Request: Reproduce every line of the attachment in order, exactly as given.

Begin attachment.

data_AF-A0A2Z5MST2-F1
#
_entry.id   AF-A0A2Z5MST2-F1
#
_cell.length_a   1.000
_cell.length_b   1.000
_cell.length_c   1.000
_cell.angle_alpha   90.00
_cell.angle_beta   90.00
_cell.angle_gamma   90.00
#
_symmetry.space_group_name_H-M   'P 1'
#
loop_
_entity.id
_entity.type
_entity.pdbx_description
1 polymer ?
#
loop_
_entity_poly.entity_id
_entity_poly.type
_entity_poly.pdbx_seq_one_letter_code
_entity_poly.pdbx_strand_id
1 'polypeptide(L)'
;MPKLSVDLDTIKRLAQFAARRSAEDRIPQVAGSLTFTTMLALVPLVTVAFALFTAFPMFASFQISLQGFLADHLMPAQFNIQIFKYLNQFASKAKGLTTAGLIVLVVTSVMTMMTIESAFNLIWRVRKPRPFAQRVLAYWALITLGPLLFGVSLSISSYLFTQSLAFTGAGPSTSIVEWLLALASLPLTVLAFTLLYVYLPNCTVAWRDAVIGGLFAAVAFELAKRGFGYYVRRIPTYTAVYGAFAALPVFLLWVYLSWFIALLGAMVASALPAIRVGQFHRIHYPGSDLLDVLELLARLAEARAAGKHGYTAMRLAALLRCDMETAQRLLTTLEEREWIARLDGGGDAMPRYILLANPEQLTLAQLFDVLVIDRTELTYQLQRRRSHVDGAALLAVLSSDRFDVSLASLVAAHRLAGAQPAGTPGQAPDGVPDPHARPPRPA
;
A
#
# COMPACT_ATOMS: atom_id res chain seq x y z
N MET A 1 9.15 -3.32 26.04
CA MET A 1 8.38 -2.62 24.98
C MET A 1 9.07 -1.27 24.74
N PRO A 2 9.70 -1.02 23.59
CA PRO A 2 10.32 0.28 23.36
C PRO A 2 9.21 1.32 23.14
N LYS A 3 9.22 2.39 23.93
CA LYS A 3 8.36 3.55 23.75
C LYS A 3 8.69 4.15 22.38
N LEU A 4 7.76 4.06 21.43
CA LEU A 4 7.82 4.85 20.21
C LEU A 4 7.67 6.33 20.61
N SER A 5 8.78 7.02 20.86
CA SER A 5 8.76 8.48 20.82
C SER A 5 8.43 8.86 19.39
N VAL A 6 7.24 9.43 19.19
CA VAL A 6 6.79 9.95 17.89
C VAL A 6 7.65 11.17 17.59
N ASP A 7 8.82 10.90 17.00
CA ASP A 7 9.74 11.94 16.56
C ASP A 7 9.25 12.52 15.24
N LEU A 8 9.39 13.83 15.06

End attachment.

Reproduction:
data_AF-A0A2Z5MST2-F1
#
_entry.id   AF-A0A2Z5MST2-F1
#
_cell.length_a   1.000
_cell.length_b   1.000
_cell.length_c   1.000
_cell.angle_alpha   90.00
_cell.angle_beta   90.00
_cell.angle_gamma   90.00
#
_symmetry.space_group_name_H-M   'P 1'
#
loop_
_entity.id
_entity.type
_entity.pdbx_description
1 polymer ?
#
loop_
_entity_poly.entity_id
_entity_poly.type
_entity_poly.pdbx_seq_one_letter_code
_entity_poly.pdbx_strand_id
1 'polypeptide(L)'
;MPKLSVDLDTIKRLAQFAARRSAEDRIPQVAGSLTFTTMLALVPLVTVAFALFTAFPMFASFQISLQGFLADHLMPAQFNIQIFKYLNQFASKAKGLTTAGLIVLVVTSVMTMMTIESAFNLIWRVRKPRPFAQRVLAYWALITLGPLLFGVSLSISSYLFTQSLAFTGAGPSTSIVEWLLALASLPLTVLAFTLLYVYLPNCTVAWRDAVIGGLFAAVAFELAKRGFGYYVRRIPTYTAVYGAFAALPVFLLWVYLSWFIALLGAMVASALPAIRVGQFHRIHYPGSDLLDVLELLARLAEARAAGKHGYTAMRLAALLRCDMETAQRLLTTLEEREWIARLDGGGDAMPRYILLANPEQLTLAQLFDVLVIDRTELTYQLQRRRSHVDGAALLAVLSSDRFDVSLASLVAAHRLAGAQPAGTPGQAPDGVPDPHARPPRPA
;
A
#
# COMPACT_ATOMS: atom_id res chain seq x y z
N MET A 1 9.15 -3.32 26.04
CA MET A 1 8.38 -2.62 24.98
C MET A 1 9.07 -1.27 24.74
N PRO A 2 9.70 -1.02 23.59
CA PRO A 2 10.32 0.28 23.36
C PRO A 2 9.21 1.32 23.14
N LYS A 3 9.22 2.39 23.93
CA LYS A 3 8.36 3.55 23.75
C LYS A 3 8.69 4.15 22.38
N LEU A 4 7.76 4.06 21.43
CA LEU A 4 7.82 4.85 20.21
C LEU A 4 7.67 6.33 20.61
N SER A 5 8.78 7.02 20.86
CA SER A 5 8.76 8.48 20.82
C SER A 5 8.43 8.86 19.39
N VAL A 6 7.24 9.43 19.19
CA VAL A 6 6.79 9.95 17.89
C VAL A 6 7.65 11.17 17.59
N ASP A 7 8.82 10.90 17.00
CA ASP A 7 9.74 11.94 16.56
C ASP A 7 9.25 12.52 15.24
N LEU A 8 9.39 13.83 15.06